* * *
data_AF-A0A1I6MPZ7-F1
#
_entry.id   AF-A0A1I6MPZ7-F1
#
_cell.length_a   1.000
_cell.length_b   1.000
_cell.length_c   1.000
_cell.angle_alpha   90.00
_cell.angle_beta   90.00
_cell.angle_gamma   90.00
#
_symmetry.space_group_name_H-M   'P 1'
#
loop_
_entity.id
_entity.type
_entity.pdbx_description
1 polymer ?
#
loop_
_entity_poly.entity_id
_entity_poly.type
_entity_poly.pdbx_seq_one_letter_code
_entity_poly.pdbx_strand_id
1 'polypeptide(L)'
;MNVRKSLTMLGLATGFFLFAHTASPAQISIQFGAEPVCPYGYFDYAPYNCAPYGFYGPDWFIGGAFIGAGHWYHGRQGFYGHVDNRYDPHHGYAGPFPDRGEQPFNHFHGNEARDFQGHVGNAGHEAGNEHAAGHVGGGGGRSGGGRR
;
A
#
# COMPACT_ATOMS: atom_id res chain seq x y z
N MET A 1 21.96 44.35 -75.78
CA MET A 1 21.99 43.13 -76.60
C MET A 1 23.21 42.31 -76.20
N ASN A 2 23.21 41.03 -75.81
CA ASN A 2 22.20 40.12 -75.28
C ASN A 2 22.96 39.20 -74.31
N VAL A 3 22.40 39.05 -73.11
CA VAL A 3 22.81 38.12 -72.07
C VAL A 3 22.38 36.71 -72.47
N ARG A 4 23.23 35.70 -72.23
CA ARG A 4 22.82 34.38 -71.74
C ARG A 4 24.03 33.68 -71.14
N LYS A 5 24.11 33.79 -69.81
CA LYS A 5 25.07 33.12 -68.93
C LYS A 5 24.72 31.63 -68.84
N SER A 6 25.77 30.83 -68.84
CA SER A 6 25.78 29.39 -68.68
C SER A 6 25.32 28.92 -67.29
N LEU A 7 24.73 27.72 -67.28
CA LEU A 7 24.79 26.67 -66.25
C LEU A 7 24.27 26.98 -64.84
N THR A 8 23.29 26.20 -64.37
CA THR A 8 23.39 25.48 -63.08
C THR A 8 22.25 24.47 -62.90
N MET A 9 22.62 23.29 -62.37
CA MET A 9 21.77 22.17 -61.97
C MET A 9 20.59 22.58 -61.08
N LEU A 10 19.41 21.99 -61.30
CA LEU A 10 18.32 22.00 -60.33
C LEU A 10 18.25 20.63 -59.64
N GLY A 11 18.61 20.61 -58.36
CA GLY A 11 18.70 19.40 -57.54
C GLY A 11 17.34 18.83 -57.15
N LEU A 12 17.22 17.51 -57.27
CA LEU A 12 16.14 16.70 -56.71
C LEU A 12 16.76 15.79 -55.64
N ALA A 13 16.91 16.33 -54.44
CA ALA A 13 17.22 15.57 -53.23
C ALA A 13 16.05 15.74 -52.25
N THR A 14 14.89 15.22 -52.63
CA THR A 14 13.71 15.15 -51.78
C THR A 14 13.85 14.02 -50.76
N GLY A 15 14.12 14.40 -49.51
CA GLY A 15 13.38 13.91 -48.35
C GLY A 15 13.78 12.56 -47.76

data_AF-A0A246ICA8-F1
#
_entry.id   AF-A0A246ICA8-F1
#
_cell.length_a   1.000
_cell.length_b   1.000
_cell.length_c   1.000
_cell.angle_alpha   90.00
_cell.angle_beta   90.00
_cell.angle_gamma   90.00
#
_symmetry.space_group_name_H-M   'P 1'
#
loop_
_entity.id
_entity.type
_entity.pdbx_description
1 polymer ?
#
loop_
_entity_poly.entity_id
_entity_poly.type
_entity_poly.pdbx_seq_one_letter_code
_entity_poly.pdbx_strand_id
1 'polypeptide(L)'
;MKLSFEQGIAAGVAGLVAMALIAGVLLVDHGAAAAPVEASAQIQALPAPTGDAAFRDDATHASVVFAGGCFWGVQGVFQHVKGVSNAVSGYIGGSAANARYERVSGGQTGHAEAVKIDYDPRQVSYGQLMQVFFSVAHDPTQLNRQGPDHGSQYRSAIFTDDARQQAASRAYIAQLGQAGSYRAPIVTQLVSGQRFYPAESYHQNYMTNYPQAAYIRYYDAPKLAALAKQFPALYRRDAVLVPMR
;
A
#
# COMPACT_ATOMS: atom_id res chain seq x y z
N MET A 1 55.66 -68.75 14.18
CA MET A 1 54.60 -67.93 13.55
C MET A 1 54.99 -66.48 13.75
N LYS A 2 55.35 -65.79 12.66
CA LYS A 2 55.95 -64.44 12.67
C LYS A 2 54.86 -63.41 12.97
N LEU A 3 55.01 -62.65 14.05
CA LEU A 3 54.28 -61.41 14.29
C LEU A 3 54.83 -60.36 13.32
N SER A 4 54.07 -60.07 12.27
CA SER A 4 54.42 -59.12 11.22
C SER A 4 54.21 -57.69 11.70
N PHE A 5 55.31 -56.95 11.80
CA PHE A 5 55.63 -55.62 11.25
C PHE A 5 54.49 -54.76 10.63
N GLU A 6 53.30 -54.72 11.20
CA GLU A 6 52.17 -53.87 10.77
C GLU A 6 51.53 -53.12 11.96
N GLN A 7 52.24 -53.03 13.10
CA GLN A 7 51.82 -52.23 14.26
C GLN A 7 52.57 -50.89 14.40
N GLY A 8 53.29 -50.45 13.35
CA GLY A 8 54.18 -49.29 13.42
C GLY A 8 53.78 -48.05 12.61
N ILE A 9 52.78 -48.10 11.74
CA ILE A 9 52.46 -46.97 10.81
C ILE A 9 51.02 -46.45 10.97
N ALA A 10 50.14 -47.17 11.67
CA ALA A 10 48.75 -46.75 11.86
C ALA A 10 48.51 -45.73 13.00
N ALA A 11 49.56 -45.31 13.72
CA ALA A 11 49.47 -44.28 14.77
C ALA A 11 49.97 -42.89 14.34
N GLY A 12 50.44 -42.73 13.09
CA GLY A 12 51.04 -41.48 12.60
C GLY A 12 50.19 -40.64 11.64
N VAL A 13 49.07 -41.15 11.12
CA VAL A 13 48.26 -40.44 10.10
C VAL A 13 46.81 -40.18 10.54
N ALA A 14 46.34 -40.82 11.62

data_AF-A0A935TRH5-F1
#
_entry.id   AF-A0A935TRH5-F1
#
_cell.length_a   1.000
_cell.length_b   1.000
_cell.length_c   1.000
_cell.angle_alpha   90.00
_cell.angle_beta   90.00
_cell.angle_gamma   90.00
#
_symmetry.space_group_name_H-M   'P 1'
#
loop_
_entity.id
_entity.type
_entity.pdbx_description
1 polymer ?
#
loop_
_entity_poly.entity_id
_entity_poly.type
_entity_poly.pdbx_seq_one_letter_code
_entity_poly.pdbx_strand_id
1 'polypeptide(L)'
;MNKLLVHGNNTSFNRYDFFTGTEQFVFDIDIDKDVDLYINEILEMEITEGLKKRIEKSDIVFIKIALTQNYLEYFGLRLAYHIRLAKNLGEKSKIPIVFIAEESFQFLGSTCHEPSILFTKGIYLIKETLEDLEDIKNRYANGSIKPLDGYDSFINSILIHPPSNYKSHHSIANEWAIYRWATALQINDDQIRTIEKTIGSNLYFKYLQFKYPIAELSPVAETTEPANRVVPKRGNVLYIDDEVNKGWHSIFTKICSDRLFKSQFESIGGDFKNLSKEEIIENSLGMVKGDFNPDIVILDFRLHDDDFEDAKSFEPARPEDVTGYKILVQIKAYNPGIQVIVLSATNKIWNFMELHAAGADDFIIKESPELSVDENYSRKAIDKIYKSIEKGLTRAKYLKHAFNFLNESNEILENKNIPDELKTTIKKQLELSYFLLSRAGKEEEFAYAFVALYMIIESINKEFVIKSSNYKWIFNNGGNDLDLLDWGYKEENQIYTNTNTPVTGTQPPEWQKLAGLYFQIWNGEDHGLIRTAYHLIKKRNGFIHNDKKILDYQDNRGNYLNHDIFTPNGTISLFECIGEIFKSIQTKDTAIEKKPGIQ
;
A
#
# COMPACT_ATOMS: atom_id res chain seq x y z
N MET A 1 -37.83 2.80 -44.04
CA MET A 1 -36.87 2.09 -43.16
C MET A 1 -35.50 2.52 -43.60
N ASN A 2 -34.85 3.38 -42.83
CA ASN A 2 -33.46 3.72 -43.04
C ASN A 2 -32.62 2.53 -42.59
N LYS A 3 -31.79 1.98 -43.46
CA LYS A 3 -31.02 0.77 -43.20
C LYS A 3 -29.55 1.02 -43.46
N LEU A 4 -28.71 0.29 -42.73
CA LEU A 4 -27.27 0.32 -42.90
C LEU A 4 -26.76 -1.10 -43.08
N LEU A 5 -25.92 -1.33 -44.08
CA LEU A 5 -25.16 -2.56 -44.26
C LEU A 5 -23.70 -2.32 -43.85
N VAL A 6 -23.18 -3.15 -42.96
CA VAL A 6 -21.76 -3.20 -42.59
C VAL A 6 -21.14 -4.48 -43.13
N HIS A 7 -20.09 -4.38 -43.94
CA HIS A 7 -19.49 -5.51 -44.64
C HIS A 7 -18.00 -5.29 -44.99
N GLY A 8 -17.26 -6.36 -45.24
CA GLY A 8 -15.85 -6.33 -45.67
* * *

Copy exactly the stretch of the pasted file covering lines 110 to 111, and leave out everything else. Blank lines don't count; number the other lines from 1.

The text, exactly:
CA LYS A 2 55.95 -64.44 12.67
C LYS A 2 54.86 -63.41 12.97